Did you know that “handyman” work traded for rent is bartering? For some co-op and condo unit owners this sounds a lot like the superintendent or resident manager who performs a number of roles and lives on premises, but that is not the case. In 2018 the tax court once again determined that handyman services in exchange for rent is considered bartering and therefore taxable. In the ruling a handyman traded work for the rent he owed his landlord and was required to pay tax on the value of the work performed that was applied to his rent. So why would it be different for your superintendent or resident manager?
This is because your superintendent or resident manager falls under the convenience-of-the-employer exclusion. This rule means that an employee may exclude from gross income the value of lodging provided free by an employer if the employer does so for a substantial non-compensatory business reason. It must occur on the business premises and since New York City requires either an on-site person or one in close proximity to the property this shows that the housing is for the employer’s rather than the employee’s convenience and the employer must require the employee to accept the housing as a condition of employment. Thus, in order to satisfy local and federal taxation laws, the employee must live in the lodging to be able to perform the duties of their employment. This allows for your board to provide a wonderful quality of life to your unit owners at a lower cost.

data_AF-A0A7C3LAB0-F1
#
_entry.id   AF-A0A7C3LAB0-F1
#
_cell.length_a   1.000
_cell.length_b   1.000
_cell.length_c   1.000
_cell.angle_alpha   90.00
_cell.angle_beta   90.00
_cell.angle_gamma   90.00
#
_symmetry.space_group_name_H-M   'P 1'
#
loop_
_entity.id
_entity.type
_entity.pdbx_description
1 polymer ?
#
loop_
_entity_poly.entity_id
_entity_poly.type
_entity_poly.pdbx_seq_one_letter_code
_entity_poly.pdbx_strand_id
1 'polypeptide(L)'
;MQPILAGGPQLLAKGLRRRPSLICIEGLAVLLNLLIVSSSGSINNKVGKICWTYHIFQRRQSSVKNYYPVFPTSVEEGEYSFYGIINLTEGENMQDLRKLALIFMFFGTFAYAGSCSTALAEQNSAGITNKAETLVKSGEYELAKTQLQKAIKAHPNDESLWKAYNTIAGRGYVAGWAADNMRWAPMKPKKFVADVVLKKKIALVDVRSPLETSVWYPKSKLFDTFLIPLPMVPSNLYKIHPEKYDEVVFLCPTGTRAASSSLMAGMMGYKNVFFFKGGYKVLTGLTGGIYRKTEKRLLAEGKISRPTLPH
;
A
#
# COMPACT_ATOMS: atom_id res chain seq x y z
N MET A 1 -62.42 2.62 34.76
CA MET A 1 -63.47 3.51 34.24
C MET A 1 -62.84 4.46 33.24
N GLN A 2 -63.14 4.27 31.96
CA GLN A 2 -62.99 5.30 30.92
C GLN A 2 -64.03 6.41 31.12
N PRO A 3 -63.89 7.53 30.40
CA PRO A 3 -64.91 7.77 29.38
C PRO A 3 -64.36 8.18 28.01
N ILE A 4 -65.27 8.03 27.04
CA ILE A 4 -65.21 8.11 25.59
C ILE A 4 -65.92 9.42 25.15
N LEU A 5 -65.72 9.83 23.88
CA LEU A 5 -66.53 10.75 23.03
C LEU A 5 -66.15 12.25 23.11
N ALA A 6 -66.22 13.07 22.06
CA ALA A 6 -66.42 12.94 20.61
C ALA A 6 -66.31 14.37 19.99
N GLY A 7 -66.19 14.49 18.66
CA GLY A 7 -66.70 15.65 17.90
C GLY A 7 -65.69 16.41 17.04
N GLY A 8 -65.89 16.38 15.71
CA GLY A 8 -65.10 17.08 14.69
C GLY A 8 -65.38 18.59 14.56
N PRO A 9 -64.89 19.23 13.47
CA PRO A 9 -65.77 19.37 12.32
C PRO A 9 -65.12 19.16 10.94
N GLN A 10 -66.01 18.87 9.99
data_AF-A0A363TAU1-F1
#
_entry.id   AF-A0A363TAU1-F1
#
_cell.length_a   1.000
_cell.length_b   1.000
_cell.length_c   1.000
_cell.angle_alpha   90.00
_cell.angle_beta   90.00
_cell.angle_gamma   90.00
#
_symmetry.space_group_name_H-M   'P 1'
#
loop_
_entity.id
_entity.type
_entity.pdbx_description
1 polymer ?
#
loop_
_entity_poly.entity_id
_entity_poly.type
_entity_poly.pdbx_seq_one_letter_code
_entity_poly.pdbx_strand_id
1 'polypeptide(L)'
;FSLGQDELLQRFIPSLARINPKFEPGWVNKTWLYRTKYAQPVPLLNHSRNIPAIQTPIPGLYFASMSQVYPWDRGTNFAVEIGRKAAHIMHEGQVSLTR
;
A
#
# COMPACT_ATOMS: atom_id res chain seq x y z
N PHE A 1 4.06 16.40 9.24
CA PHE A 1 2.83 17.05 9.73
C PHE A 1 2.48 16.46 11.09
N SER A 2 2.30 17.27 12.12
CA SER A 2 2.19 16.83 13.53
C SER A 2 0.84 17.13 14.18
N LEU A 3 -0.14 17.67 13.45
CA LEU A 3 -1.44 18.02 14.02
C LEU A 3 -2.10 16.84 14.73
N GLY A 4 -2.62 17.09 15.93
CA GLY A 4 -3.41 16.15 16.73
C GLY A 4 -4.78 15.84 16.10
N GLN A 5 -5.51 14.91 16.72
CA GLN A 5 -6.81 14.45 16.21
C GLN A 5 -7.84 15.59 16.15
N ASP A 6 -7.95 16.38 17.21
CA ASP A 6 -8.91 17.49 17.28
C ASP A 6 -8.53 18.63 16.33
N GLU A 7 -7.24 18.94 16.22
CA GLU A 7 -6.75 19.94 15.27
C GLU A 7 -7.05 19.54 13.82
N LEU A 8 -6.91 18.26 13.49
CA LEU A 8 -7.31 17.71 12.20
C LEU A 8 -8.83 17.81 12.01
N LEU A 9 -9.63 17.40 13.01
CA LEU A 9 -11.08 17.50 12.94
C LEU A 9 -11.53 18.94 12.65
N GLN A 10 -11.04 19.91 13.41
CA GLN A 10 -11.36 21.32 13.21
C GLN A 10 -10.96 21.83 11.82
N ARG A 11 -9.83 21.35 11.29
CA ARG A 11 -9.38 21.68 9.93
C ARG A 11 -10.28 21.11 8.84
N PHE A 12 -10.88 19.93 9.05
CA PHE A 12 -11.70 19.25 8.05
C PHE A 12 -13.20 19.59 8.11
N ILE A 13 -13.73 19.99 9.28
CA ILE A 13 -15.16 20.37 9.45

With over 35 years of experience serving co-ops and condos, the Czar Beer team can outline specific steps you should take to minimize taxes, maximize loan eligibility, and enhance the value of your property.
For more information, contact us at firstname.lastname@example.org or (212) 397-2970.